Inside Guide to: Slow Design

Slow Design or Slow Living; enables people to spend more time and to truly engage with what they doing or making. It’s all about being present and bringing focus to the task at hand, ignoring all distractions and enable deep concentration and awareness through the process.

“To promote slowness or what we call ‘Slow design’ as a positive catalyst of individual, socio-cultural and environmental well-being. Slowness doesn’t refer to how long it takes to make or do something. Rather, it describes an expanded state of awareness, accountability for daily actions, and the potential for a richer spectrum of experience for individuals and communities.” (SlowLab)

We are often designing ways to consume information as quickly and efficiently as possible, to get stuff done and move on immediately to the next thing. We have trained our minds to multi-task and many of us spend the day chasing our tails that confuses the brain and causes anxiety in the body.

Slow-Decorating

Slow-Decorating is an intentional approach to building up an interior that reflects an individual’s style. Be mindful of the objects that you purchase and ask yourself the following questions;

  1. What is the story I want to create for my interior?
  2. Why am I attracted to this specific object, does it have a story behind it?
  3. Is this locally or handmade?
  4. Will it fit into my current scheme, or is this an impulse buy?

Creating a space that truly reflects you will take some time and patience. Alternatively it’s easy to furnish your space in a week and flip through some magazines, purchase a corner suit that was on special, paired with a black steel shelf and a cluster of round tables. Efficient yes, but you can typically get over the look very quickly. Sometimes it was an impulsive buy and what you liked in the moment, only for later on to wonder why you bought that in the first place. We have all fallen into that trap. Instead take a slow approach, take time to think, research and explore your style. To figure out what that style is, look closely at how you dress, dietary eating, and your favourite places to dine. Example if you wear a monochromatic clothing palette with a simple tailored design and one item of jewellery then you could explore modern and minimal interiors. If you find yourself wearing a mix of colours, eclectic pattern & textures, explore maximalism or ethnic interiors. Your environment around you is a clue to what your Interior style is. Take a slow approach and let’s break it down:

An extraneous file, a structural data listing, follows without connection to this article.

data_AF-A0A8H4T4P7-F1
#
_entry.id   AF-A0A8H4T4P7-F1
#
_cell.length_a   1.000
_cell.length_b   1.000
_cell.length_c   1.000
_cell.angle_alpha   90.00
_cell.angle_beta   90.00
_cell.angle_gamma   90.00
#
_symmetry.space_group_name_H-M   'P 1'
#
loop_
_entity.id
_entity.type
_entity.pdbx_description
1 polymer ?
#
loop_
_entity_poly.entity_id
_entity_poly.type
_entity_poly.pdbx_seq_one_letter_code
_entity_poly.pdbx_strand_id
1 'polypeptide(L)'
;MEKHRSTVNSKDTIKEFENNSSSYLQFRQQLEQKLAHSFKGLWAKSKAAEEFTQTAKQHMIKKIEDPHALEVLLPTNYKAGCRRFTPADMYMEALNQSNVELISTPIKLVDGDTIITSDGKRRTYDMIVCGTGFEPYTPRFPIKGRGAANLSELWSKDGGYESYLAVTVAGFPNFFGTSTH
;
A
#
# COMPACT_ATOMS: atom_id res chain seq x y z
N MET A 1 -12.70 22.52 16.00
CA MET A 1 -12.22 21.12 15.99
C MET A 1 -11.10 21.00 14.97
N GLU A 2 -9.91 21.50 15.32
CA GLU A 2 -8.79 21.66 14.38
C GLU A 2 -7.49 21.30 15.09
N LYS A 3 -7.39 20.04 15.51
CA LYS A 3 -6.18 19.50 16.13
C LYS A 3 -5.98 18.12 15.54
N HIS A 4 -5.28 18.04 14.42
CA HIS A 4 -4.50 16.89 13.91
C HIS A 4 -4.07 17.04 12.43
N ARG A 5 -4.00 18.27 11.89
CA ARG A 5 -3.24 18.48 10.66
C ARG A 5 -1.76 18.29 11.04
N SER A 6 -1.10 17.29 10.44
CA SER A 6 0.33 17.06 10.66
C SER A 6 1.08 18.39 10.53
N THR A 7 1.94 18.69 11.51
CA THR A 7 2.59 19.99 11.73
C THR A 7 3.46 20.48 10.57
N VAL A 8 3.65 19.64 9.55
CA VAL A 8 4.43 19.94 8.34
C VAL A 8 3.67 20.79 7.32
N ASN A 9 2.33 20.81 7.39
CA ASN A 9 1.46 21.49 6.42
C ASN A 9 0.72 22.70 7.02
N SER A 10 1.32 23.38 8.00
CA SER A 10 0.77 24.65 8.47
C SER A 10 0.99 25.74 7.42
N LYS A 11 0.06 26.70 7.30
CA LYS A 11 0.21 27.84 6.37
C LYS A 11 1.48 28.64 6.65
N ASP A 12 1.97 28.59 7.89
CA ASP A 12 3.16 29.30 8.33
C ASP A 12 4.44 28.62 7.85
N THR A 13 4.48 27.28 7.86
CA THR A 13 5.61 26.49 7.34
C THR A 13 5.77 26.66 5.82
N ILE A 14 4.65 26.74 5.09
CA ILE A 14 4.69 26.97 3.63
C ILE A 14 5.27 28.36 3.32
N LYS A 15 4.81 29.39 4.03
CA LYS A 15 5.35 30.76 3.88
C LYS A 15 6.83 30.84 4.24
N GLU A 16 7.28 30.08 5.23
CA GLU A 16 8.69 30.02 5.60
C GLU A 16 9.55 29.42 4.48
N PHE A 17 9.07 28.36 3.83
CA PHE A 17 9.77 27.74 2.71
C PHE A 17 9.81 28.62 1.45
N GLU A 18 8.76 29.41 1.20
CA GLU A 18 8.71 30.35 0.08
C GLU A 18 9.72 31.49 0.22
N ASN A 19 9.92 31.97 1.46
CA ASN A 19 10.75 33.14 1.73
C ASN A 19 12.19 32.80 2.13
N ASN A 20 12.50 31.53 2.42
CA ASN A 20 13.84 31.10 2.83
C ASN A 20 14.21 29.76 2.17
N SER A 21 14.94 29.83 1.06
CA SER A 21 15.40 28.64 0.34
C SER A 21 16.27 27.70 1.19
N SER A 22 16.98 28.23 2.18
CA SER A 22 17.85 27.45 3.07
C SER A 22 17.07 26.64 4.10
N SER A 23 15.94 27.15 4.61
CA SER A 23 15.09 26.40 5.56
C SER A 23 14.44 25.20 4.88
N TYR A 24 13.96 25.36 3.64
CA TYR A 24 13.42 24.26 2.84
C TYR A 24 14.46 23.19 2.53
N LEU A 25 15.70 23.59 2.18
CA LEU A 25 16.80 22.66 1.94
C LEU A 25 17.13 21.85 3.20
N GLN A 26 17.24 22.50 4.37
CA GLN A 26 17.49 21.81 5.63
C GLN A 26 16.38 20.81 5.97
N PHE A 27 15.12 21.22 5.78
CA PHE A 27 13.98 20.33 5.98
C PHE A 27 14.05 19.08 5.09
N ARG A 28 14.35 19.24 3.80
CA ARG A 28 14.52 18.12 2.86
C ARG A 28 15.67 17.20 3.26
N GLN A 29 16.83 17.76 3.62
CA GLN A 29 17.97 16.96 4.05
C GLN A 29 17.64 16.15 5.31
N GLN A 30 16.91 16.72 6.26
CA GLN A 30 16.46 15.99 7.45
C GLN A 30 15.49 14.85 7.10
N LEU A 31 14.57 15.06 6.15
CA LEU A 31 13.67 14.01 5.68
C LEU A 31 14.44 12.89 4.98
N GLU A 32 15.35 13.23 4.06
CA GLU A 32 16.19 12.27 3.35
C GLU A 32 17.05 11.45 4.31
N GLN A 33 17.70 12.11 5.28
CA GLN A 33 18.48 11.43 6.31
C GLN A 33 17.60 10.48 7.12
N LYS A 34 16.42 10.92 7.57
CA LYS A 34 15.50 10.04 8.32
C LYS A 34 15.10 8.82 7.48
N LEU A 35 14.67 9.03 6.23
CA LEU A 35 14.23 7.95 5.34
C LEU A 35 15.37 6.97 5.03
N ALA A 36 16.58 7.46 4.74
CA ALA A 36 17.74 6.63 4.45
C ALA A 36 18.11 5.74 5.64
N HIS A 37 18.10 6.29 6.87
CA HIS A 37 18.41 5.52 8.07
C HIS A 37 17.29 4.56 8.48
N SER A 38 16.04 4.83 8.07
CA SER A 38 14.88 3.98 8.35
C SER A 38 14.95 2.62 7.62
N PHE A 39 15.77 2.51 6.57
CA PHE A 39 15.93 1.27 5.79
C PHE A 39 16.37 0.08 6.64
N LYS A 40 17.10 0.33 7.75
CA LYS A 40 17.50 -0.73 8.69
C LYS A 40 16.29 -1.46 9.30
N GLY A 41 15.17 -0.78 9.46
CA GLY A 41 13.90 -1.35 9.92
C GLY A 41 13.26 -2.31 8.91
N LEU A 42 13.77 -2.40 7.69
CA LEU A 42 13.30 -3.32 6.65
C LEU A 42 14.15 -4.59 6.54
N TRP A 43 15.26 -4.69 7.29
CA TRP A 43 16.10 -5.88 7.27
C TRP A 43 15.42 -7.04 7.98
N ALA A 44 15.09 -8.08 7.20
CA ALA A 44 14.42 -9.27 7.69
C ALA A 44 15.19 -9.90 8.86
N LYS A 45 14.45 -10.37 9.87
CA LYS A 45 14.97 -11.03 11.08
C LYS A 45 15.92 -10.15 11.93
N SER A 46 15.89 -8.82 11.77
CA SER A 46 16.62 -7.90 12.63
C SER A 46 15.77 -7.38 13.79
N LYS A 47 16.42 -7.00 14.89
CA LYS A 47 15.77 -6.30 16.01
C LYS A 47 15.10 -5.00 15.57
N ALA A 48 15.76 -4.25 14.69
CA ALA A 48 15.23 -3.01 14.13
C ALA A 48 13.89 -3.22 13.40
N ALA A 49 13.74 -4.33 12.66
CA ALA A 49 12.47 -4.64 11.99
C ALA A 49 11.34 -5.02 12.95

Authentic home

As discussed above, spend the time to research and figure out what your style truly is and what you gravitate towards with objects that have a story or connection. When an item is mass produced, copied from a catalogue, it feels inauthentic and often cliché. Like a sprayed pineapple sculpture or a “vintage” look alike cupboard that is made from chipboard. Look for items made from natural materials and that are hand crafted.

Explore your style

Colour trends change each season, instead of buying those trends off a catalogue, slowly collect items and curate a mix of objects to tell your own story. You could pop into a vintage store a hand pick a mid-century dining table, then go to your local furniture designers to get custom chairs made from solid timber to compliment the tables. Collect handmade pottery from small local businesses and source natural plants from small nurseries. Items that you have collected from your travels, self-made or family pieces to build up your home for a personalized touch.

Practicing mindfulness can bring the idea of slowing down and moving forward. Let’s explore an example of Slow Design that consists of a clean neutral palette, crafted raw natural materials and recycled furniture.

A hideaway in Passadena

Momo Suzuki and Alexander Yamaguchi founder of a fashion brand Black Cran, cultivates Slow Design in life as much as their home. This 1948 home has been renovated into a relaxed haven, with elements of Danish and Japanese’s design that has been instilled into the space. With a blend of Mid Century furniture and a Zen style that reflect objects from various eras. They have aimed to achieve simplicity and functionality in there serene space.

Momo Suzuki and Alexander Yamaguchi

Recreate an extension of Slow Design in your space by adding a neutral colour palette that consists of whites, warms greys and creams. Adapt natural materials such as linen, cottons and timber – locally produced if possible. Source recycled furniture made from solid timber and collected hand painted art or craft objects by local designers. Below is a guideline to get you started.

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